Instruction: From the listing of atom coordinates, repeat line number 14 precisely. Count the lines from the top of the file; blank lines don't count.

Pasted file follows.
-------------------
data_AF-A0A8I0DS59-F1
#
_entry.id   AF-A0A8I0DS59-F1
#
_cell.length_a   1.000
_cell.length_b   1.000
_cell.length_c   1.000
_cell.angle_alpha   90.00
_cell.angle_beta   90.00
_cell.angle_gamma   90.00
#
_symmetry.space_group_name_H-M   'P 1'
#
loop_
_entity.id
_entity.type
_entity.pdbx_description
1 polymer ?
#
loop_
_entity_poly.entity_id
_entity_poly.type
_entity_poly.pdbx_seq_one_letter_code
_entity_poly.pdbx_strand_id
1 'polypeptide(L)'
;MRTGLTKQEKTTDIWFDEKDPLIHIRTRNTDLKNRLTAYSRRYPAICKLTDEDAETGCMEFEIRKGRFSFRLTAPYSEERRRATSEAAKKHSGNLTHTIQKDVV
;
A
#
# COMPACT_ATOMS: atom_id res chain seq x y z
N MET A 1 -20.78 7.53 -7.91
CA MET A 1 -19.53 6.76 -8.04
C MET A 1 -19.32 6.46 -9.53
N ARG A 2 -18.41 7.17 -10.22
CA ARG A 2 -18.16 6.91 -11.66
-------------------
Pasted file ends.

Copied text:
loop_